Colvillea racemosa (Colville’s Glory Tree)

Colville’s Glory Tree, like the Royal Poinciana Tree, is native to Madagascar.  It was named for a British Governor of Mauritius, Sir Charles Colville.  Unlike the spreading canopy of the Royal Poinciana Tree, Colville’s Glory tree is mostly upright, attaining a height of 30-50′.  It has bi-pinnate feathery leaves and spectacular orange flowers are born on large 1-2′ long cone shaped racemes that hang downward from the tips of the branches.  The yellow-orange stamens are the conspicuous part of the flower and attract honey bees, butterflies, and hummingbirds.  They begin blooming in late October, and bloom well into November in S. Florida.  We currently have these spectacular trees in 3gal. containers as young seedlings.

Colvillea racemosa (Colville’s Glory Tree)

Colvillea racemosa (Colville’s Glory Tree)

Colvillea racemosa (Colville’s Glory Tree)

 

Stemmadenia litoralis (Milky Way Tree, Lechoso)

A very beautiful tree from Central America related to Frangipani (Plumeria).  It produces tubular white fragrant flowers throughout the year, which contrast nicely against the glossy dark green leaves.  It produces so many flowers that the fallen blossoms blanket the ground underneath the tree.  This tree can attain a height of 20′, is salt tolerant, grows in partial shade to full sun, and was Fairchild Tropical Garden’s plant of the year in 2009.  The nursery has 3 sizes, 3gal./7gal./15gal. containers.  The 15gal. containers are flowering size.

Stemmadenia litoralis (Milky Way)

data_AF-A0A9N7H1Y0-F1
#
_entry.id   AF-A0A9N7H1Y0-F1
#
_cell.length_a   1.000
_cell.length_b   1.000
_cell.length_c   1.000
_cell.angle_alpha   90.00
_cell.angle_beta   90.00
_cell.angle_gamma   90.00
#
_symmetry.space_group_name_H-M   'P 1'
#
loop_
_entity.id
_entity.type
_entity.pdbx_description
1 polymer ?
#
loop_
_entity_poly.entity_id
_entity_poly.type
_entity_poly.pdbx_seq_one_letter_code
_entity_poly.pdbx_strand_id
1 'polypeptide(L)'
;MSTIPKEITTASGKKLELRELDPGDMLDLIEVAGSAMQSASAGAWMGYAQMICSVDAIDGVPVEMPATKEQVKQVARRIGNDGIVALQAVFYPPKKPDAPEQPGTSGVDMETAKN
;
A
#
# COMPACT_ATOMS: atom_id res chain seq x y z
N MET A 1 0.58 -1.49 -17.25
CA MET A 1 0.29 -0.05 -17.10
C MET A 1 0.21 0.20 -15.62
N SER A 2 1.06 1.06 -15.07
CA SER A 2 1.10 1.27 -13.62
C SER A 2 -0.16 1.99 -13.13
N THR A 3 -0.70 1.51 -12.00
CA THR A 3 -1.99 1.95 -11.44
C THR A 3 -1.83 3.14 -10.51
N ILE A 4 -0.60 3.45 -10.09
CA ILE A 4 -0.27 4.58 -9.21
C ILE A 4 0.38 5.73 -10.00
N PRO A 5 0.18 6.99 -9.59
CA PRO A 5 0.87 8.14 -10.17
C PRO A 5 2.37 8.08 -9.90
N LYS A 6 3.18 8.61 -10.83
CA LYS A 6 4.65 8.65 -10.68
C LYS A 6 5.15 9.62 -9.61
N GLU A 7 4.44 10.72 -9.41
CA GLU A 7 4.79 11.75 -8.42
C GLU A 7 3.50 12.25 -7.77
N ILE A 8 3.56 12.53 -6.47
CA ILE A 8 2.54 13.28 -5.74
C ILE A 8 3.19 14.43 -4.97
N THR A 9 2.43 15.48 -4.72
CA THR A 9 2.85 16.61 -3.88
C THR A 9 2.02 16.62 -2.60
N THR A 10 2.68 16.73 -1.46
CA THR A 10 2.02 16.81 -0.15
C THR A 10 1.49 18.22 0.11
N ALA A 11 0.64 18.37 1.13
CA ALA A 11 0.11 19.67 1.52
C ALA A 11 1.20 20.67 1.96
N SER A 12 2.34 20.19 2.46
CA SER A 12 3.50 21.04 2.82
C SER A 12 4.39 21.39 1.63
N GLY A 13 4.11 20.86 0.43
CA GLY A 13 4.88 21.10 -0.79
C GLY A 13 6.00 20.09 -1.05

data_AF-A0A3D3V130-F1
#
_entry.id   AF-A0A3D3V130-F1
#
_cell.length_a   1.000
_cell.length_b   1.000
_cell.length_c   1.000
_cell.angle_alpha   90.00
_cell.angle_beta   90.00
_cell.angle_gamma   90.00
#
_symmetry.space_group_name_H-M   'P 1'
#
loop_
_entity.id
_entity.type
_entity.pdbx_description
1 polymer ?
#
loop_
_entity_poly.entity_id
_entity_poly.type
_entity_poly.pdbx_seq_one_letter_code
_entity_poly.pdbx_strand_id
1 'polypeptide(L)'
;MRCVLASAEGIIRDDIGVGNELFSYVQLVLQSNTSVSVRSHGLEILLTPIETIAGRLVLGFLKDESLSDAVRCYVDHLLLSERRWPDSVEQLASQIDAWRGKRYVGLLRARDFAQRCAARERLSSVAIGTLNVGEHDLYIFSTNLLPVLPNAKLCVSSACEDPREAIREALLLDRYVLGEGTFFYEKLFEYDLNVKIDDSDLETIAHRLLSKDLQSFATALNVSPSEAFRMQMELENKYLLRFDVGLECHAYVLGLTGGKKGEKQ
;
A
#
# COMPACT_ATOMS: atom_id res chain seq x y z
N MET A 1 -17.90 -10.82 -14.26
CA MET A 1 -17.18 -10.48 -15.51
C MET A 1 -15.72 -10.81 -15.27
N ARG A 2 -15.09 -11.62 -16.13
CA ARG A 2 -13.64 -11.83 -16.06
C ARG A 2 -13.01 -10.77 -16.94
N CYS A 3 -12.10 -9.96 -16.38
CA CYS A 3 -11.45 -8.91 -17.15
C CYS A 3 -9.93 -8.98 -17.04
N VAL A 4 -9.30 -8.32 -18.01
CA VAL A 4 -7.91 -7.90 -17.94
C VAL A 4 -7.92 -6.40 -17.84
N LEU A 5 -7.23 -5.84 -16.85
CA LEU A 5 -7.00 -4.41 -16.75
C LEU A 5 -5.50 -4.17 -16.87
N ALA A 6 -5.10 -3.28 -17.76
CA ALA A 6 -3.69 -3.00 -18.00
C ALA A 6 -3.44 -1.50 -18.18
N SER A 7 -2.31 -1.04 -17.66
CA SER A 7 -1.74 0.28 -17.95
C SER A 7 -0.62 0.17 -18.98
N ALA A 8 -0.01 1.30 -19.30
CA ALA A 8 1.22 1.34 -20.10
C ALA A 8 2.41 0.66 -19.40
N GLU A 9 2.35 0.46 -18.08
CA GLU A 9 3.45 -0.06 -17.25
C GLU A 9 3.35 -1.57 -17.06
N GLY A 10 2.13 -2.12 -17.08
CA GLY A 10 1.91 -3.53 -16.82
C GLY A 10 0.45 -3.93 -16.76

Stemmadenia litoralis (Milky Way Tree)

Stemmadenia litoralis (Milky Way Tree)

Stemmadenia litoralis (Milky Way Tree)

Stemmadenia litoralis (Milky Way Tree)

Stemmadenia litoralis (Milky Way Tree)

Yesterday-Today-and-Tomorrow (Brunfelsia grandiflora)

Brunfelsia grandiflora is a member of the Solanaceae Family, which its most recognizable member is the Tomato Plant.  Its common name, Yesterday-Today-and-Tomorrow, is aptly named, as its flowers start out purple, fading to pale lavender, and then to white over a 3-4 day period.  When the shrub is in full bloom in late October – February, all three color shades will be present at the same time.  This shrub is native to tropical regions of South America and can attain a height of 7-10′.  It grows best in sun to partial shade.  It is unclear whether flowering is triggered by the dry season or shorter daylengths in S. Florida.  The nursery has this beautiful shrub available in 1gal./3gal./7gal./15gal. containers.

Brunfelsia grandiflora (Yesterday, Today, and Tomorrow)

Brunfelsia grandiflora (Yesterday, Today, and Tomorrow)

Brunfelsia grandiflora (Yesterday,Today,and Tomorrow)

Podranea ricasoliana (Pink Trumpet Vine)

One of the hardiest of vines introduced to the United States is Podranea ricasoliana, the Pink Trumpet Vine.  During the fall, winter and spring it bears fragrant pale pink, bell-shaped flowers highlighted by red stripes.  The glossy foliage is also attractive.  The plant is one of the Bignoniaceae family, which also includes  the Jacaranda Tree.